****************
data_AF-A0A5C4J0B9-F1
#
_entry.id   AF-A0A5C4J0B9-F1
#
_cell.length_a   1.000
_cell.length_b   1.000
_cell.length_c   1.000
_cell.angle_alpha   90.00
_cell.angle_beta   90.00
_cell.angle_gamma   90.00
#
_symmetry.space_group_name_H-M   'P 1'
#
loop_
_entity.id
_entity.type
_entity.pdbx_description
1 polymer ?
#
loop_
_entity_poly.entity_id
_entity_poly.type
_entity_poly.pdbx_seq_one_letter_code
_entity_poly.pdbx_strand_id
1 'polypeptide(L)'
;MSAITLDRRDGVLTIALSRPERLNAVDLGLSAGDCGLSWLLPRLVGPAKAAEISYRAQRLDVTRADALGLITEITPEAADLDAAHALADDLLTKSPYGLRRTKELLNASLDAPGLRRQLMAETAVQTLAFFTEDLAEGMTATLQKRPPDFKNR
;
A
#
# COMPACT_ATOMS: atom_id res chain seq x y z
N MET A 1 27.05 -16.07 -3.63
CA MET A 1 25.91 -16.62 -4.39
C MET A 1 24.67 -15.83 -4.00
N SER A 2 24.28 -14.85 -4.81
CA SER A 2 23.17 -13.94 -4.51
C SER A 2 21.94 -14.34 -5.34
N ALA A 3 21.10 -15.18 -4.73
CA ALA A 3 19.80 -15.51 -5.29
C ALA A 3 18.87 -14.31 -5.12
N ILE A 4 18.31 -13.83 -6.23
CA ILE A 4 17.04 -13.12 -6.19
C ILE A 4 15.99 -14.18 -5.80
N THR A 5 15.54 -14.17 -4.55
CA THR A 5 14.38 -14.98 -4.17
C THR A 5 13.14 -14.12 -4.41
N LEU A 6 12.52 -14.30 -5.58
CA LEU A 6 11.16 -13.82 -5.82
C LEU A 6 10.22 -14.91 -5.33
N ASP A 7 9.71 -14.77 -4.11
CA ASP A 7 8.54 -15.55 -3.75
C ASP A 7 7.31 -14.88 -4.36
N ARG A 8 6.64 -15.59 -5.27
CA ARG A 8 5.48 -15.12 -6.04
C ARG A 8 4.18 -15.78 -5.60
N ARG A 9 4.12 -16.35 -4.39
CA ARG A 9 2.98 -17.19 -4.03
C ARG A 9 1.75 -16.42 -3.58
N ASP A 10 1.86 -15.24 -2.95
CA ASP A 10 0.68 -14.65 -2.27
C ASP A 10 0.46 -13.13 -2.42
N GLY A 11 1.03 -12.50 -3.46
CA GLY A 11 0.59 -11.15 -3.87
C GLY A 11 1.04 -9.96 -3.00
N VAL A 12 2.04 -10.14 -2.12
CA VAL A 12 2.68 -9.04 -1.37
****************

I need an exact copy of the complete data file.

data_AF-A0A5C4J0B9-F1
#
_entry.id   AF-A0A5C4J0B9-F1
#
_cell.length_a   1.000
_cell.length_b   1.000
_cell.length_c   1.000
_cell.angle_alpha   90.00
_cell.angle_beta   90.00
_cell.angle_gamma   90.00
#
_symmetry.space_group_name_H-M   'P 1'
#
loop_
_entity.id
_entity.type
_entity.pdbx_description
1 polymer ?
#
loop_
_entity_poly.entity_id
_entity_poly.type
_entity_poly.pdbx_seq_one_letter_code
_entity_poly.pdbx_strand_id
1 'polypeptide(L)'
;MSAITLDRRDGVLTIALSRPERLNAVDLGLSAGDCGLSWLLPRLVGPAKAAEISYRAQRLDVTRADALGLITEITPEAADLDAAHALADDLLTKSPYGLRRTKELLNASLDAPGLRRQLMAETAVQTLAFFTEDLAEGMTATLQKRPPDFKNR
;
A
#
# COMPACT_ATOMS: atom_id res chain seq x y z
N MET A 1 27.05 -16.07 -3.63
CA MET A 1 25.91 -16.62 -4.39
C MET A 1 24.67 -15.83 -4.00
N SER A 2 24.28 -14.85 -4.81
CA SER A 2 23.17 -13.94 -4.51
C SER A 2 21.94 -14.34 -5.34
N ALA A 3 21.10 -15.18 -4.73
CA ALA A 3 19.80 -15.51 -5.29
C ALA A 3 18.87 -14.31 -5.12
N ILE A 4 18.31 -13.83 -6.23
CA ILE A 4 17.04 -13.12 -6.19
C ILE A 4 15.99 -14.18 -5.80
N THR A 5 15.54 -14.17 -4.55
CA THR A 5 14.38 -14.98 -4.17
C THR A 5 13.14 -14.12 -4.41
N LEU A 6 12.52 -14.30 -5.58
CA LEU A 6 11.16 -13.82 -5.82
C LEU A 6 10.22 -14.91 -5.33
N ASP A 7 9.71 -14.77 -4.11
CA ASP A 7 8.54 -15.55 -3.75
C ASP A 7 7.31 -14.88 -4.36
N ARG A 8 6.64 -15.59 -5.27
CA ARG A 8 5.48 -15.12 -6.04
C ARG A 8 4.18 -15.78 -5.60
N ARG A 9 4.12 -16.35 -4.39
CA ARG A 9 2.98 -17.19 -4.03
C ARG A 9 1.75 -16.42 -3.58
N ASP A 10 1.86 -15.24 -2.95
CA ASP A 10 0.68 -14.65 -2.27
C ASP A 10 0.46 -13.13 -2.42
N GLY A 11 1.03 -12.50 -3.46
CA GLY A 11 0.59 -11.15 -3.87
C GLY A 11 1.04 -9.96 -3.00
N VAL A 12 2.04 -10.14 -2.12
CA VAL A 12 2.68 -9.04 -1.37